US envoy in Turkey faces Armenian pressure over church remarks
US Ambassador to Turkey Francis Ricciardone. (Photo: AA)
Armenian clerics and US Armenian groups have been stepping up pressure on the US ambassador to Turkey after the diplomat said most of the Christian churches functioning prior to 1915 are still operating as churches in Turkey.
In a written response to questions submitted to him by US Senator Robert Menendez earlier this month, Francis Ricciardone said a majority of Christian churches operating in the territory of present-day Turkey prior to 1915 are still functioning today, drawing strong reactions from Armenian groups in the US.
Last week, in a strongly worded letter to Secretary of State Hillary Clinton, Ken Hachikian, the chairman of influential US-based Armenian diaspora organization the Armenian National Committee of America (ANCA), demanded a retraction, correction and apology for Ambassador Ricciardone's statement covering-up Ottoman and Republican Turkey's systematic destruction of thousands of Christian churches.
“We have been troubled by his eagerness to embrace the government of Turkey's false and hateful genocide denial narrative, at lengths beyond even the Administration's longstanding and shameful complicity in Turkey's denials of the Armenian Genocide,” stated Hachikian in his August 15th letter. “His verbal and written responses to questions during his Senate confirmation process, regarding the Armenian Genocide and other issues, ranged from evasive to deeply offensive.”
The ANCA also encouraged “concerned citizens to contact Secretary Clinton via the State Department Comment Line to offer their views regarding Ambassador Ricciardone's misstatements.”
Faced with pressure, the US envoy on Monday partially backtracked on his earlier remarks. “With your permission, I would appreciate the opportunity to clarify the record. The corrected text should read as follows. Most of the Christian churches functioning prior to 1915 are no longer operating as churches. Christian community contacts in Turkey report that a total of 200-250 churches that date to 1915 and before offer Christian worship services at least once a year. Many churches do not offer services every week due to insufficient clergy or local Christian populations. Some churches of significance operate as museums, others have been converted into mosques or put to other uses. Still others have fallen into disrepair or may have been totally destroyed,” ANCA quoted him as saying in a correction, apparently addressing Senator Menendez.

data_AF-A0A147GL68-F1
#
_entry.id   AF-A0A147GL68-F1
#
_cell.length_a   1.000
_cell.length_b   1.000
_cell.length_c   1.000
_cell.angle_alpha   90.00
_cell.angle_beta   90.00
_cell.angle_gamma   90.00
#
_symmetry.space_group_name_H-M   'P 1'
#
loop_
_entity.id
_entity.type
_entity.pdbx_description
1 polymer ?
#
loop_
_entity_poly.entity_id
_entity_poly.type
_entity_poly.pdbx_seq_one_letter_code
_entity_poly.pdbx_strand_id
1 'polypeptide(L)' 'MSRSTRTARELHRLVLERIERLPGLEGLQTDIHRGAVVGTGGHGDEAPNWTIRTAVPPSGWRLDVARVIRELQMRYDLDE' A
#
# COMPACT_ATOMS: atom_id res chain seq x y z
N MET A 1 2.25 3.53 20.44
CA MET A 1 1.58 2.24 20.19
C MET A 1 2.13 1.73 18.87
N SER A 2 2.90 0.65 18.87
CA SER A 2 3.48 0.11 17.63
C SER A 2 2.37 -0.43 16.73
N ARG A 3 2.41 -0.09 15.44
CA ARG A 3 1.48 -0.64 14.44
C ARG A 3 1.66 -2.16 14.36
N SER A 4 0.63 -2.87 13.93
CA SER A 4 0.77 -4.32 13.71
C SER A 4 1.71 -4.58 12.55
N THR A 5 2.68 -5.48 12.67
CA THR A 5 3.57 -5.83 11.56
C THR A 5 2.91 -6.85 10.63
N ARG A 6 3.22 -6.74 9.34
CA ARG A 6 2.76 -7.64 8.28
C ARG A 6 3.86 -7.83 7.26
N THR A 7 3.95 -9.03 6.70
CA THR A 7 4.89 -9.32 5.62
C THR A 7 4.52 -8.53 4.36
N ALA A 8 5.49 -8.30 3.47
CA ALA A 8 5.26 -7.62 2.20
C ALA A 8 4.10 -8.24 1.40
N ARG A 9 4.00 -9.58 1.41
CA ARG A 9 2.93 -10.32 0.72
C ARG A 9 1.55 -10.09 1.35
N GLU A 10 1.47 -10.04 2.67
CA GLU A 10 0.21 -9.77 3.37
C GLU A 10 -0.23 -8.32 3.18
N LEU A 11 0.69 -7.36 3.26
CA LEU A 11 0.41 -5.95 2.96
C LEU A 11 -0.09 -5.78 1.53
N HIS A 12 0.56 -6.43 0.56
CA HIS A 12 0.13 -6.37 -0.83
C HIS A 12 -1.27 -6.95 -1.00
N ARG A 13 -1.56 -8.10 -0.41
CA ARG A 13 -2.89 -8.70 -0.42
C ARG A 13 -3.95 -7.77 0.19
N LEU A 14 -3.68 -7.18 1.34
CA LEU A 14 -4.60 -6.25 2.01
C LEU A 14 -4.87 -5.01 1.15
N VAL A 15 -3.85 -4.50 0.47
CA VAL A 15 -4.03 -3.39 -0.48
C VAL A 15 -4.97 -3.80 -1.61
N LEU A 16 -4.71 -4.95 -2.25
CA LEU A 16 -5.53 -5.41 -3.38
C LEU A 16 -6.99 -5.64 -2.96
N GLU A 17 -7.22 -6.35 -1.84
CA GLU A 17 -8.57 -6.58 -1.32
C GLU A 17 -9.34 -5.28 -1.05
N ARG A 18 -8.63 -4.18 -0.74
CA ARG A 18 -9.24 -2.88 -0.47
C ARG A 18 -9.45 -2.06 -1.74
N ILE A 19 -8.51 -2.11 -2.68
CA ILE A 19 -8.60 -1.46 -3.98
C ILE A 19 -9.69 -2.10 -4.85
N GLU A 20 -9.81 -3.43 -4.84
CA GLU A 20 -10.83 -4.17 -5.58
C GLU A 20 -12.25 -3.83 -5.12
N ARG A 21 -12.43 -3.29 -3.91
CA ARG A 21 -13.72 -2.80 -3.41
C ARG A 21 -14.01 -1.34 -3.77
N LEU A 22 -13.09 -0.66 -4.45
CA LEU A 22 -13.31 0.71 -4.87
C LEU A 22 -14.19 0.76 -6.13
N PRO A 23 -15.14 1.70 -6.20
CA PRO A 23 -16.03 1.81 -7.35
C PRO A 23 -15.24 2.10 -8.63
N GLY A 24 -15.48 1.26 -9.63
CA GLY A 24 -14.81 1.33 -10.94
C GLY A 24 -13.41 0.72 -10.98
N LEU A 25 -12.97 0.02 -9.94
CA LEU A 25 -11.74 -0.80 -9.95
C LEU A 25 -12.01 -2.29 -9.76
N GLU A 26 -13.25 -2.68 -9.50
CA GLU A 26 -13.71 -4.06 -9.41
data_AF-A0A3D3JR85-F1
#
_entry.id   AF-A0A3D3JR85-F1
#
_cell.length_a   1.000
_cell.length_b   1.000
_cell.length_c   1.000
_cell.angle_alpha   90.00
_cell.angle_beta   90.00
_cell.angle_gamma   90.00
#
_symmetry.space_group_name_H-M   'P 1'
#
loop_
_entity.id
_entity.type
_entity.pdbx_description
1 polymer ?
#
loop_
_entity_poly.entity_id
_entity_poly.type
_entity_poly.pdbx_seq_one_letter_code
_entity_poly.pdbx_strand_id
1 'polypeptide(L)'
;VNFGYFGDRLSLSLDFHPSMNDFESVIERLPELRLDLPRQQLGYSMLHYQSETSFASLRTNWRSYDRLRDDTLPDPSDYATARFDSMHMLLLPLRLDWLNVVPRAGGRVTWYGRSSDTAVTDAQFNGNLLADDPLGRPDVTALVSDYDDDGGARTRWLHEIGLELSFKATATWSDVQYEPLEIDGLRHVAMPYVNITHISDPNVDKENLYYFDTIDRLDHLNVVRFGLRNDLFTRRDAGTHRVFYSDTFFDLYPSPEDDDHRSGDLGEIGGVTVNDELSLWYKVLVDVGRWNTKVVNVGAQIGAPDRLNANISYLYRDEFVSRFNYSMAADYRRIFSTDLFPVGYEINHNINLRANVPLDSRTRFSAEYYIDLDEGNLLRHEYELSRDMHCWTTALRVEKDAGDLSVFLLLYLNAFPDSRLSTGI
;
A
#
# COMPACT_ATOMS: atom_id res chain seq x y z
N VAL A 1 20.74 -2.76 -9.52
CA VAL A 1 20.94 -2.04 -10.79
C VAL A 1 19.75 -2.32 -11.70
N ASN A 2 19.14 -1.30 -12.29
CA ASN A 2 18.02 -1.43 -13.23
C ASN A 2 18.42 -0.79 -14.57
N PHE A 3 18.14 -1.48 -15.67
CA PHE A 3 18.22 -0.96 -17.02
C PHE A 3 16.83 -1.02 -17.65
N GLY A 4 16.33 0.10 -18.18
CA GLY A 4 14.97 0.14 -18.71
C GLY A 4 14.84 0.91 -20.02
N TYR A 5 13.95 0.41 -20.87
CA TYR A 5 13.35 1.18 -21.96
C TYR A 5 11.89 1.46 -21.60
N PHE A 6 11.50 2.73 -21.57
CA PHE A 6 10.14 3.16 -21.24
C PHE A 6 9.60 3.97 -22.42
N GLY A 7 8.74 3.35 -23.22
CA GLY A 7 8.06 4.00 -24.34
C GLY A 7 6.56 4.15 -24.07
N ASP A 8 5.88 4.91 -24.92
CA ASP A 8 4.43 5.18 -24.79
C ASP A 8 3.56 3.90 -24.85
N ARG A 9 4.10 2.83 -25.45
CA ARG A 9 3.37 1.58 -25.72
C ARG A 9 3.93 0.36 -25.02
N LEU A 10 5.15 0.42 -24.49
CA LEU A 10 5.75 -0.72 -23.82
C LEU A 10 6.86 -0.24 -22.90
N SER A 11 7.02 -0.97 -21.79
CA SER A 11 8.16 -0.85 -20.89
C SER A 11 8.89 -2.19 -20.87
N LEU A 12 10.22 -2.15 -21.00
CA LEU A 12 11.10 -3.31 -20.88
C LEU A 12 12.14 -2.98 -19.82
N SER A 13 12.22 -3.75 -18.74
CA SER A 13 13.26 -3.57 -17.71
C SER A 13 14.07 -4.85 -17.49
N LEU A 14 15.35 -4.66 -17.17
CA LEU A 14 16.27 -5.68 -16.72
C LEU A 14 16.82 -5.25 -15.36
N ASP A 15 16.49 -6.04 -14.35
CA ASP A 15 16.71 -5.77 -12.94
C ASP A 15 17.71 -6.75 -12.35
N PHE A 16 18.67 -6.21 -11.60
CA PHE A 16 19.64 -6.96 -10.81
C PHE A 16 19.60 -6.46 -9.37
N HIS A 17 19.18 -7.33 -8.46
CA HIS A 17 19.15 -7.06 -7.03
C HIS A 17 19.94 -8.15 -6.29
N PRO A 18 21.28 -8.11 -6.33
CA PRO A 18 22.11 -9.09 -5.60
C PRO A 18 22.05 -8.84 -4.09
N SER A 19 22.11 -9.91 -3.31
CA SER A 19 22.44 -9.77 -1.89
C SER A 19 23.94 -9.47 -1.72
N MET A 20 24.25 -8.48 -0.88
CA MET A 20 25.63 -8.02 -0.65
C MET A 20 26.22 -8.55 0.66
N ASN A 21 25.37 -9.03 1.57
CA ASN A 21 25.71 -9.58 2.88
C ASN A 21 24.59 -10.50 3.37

But the Armenian groups in the US say this is not enough and accuse him of artificially inflating the number of currently operating Christian houses of worship in Turkey.
“It took Ambassador Ricciardone, with the help of his many State Department colleagues, over a week to submit in writing a patently false misrepresentation about the destruction of Christian churches in Turkey, and another 10 days and a full wave of Senate and citizen pressure for him to finally take half a step back from the most offensive and obviously incorrect aspects of his response,” said ANCA Executive Director Aram Hamparian.
“He just keeps digging himself into a deeper hole as an apologist for Ankara. His use of false figures and euphemisms to try to twist his way out of his misrepresentation – while somehow still trying to stick to Turkey's genocide denial narrative – clearly confirms that Ambassador Ricciardone is not the right representative of U.S. values and interests in Turkey.”
Archbishop Oshagan Choloyan, Archbishop Moushegh Mardirossian and Archbishop Khajag Barsamian each also issued powerfully worded spiritual messages in response to the ambassador's statement. In an Aug. 15th statement, Archbishop Choloyan stressed that the ambassador's assertion was “so blatantly false that it cannot remain unchallenged.”